Rec fishing body voices concern over industrial fishing

THE Australian Recreational Fishing Foundation (ARFF), the national organisation representing the interests of Australia’s recreational fishing community, today announced that it is in discussions with the Small Pelagic Fishing Industry Association (SPFIA), the organisation representing the operators of the Geelong Star, in order to address concerns about the impact of industrial exploitation of the small pelagic fishery (SPF) on recreational fishers and the broader community (see attached joint statement HERE).

The announcement comes as the Government moves to approve the 95m Geelong Star to operate in the fishery, meaning it is likely that the industrial trawler will be fishing Australian waters within weeks.

Though the Government has commissioned additional research to fill many of the knowledge gaps, the fact remains that commercially fishing the SPF at this scale and in this way is untried in Australia. The answers to many key questions ARFF has remain theoretical at this stage, or in the case of the cost/benefit to the Australian community, unanswered.

The ARFF says it understands that the Government is satisfied with the science on the fishery and the Geelong Star will access the SPF, regardless of legitimate concerns.

The SPF is a very important fishery for Australia’s recreational fishers. What happens in the fishery can have impacts on Australia’s recreational fishers now and for the future:

It covers a large proportion of Australia’s coastline including all of our major capital cities and regional centres, from Brisbane, south to Sydney and Hobart, across to Melbourne and Adelaide and Perth. In addition, it covers some of Australia’s most iconic recreational fishing grounds. Under legislation for this fishery the Geelong Star can fish within three nautical miles of these population centres at any time of the year. Small pelagic fish are a major food source within the marine food web that includes key recreational species such as southernbluefin tuna, yellowfin tuna, marlin and kingfish.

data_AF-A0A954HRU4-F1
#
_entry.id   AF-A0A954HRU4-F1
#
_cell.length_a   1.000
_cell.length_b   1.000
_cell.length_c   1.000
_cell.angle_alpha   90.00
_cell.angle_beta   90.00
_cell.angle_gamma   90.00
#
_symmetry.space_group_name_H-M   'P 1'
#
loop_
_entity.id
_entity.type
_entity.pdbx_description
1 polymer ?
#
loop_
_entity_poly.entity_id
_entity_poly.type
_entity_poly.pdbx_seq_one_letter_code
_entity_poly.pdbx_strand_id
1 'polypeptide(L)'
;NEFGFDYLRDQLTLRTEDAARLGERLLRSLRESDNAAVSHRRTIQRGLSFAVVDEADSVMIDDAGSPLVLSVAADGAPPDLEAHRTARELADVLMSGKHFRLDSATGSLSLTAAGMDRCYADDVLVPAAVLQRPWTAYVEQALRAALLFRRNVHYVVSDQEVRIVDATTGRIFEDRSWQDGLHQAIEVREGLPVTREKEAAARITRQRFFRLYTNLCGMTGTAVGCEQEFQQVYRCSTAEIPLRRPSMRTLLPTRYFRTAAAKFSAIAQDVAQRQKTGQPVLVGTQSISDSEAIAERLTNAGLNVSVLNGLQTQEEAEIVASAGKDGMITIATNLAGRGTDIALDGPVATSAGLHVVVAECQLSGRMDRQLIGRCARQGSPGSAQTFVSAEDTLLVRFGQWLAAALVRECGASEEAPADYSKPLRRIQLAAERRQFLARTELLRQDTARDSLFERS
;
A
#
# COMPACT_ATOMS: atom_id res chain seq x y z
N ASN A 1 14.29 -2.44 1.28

Recreational fishing in Australia generates an estimated $10 billion a year and creates tens of thousands of jobs throughout metropolitan and regional communities. The ARFF says it doesn’t want this put at risk, and is rightly cautious about the impacts that any commercial activities in the SPF would or could have on Australia’s recreational fishers, the communities that support them and the wider marine environment.

ARFF discussions with SPFIA will focus on ways to minimise impacts by managing where and when the Geelong Star fishes and to develop research in order to understand more about the fishery and its place within the marine food web.

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